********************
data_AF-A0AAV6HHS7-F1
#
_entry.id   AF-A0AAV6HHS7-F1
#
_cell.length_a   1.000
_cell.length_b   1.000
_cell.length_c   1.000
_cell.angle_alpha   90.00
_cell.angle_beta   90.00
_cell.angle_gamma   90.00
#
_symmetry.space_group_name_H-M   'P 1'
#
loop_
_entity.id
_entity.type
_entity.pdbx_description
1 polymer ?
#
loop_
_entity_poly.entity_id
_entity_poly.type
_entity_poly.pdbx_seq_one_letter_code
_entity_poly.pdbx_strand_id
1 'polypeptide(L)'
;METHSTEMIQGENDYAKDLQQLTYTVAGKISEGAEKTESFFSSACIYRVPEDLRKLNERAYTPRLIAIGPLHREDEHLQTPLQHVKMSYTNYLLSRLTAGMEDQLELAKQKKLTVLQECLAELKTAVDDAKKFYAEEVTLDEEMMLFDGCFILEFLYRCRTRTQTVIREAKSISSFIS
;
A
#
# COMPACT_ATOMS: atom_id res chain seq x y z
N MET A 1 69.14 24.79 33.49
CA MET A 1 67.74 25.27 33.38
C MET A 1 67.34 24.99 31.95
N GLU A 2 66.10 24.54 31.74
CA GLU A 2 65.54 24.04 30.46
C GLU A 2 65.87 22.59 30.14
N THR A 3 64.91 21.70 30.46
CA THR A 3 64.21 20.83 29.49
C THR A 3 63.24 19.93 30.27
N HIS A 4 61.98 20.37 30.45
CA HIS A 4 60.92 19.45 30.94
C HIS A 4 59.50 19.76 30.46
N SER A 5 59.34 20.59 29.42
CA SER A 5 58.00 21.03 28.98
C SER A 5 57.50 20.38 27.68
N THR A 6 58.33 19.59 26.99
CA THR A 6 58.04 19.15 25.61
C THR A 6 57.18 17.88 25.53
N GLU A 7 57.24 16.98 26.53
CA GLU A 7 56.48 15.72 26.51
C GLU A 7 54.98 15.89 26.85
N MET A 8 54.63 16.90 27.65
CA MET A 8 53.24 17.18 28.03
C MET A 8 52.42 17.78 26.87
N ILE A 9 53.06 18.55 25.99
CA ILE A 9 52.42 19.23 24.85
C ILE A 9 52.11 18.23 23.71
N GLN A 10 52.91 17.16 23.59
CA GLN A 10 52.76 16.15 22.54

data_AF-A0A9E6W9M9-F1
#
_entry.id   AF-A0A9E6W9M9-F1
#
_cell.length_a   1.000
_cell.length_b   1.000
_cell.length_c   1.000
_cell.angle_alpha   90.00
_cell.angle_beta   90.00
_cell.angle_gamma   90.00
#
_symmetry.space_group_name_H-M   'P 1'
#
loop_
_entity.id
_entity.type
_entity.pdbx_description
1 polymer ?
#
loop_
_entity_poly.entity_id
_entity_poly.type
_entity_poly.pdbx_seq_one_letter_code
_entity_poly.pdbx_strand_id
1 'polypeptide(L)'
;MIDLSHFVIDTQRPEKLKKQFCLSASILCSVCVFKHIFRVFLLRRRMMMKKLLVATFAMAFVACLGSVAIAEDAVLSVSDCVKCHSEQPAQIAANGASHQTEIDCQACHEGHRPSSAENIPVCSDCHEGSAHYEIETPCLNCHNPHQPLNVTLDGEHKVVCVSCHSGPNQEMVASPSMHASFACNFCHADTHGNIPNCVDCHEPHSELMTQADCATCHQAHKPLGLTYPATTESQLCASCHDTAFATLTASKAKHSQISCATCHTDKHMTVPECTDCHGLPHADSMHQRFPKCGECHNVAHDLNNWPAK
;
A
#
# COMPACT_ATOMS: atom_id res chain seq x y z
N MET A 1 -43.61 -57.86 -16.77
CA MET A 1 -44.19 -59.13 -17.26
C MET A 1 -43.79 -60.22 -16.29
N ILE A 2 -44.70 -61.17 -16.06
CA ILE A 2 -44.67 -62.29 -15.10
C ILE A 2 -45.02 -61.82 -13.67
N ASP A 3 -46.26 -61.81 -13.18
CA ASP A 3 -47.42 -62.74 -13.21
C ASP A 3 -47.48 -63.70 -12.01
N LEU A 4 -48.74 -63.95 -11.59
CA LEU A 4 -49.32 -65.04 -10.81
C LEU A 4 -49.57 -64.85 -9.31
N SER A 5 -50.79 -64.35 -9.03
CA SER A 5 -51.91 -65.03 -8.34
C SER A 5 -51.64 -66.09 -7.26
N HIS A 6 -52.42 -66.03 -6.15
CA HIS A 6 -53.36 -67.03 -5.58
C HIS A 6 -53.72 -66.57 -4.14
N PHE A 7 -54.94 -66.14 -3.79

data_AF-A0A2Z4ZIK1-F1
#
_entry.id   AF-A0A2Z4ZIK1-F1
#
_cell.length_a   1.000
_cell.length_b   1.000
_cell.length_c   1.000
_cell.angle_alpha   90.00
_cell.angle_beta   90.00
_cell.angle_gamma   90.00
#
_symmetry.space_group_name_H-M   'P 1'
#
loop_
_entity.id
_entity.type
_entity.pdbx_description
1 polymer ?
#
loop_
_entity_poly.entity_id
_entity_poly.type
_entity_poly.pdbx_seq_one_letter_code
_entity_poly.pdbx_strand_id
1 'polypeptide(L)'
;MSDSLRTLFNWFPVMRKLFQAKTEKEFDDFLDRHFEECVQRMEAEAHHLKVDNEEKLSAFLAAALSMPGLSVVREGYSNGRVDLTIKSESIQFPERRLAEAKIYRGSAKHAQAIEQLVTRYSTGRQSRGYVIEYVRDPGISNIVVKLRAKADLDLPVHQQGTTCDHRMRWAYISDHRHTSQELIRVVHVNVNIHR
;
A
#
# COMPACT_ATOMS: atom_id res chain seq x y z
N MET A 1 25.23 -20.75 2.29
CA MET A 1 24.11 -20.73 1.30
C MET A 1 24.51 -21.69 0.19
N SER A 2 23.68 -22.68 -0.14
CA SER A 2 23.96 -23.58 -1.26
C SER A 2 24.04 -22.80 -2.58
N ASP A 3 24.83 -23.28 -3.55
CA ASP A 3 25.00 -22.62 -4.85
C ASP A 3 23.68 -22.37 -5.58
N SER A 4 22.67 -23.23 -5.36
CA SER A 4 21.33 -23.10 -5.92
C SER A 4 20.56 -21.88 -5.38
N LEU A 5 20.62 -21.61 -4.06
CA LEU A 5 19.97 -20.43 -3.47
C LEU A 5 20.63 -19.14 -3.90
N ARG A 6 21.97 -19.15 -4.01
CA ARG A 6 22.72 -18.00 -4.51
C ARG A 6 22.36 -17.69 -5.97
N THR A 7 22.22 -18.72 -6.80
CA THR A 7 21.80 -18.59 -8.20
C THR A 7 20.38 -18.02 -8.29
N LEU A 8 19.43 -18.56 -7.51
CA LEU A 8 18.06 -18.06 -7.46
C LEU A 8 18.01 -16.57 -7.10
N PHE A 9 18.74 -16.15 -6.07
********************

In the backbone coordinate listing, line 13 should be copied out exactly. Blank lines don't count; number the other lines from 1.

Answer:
#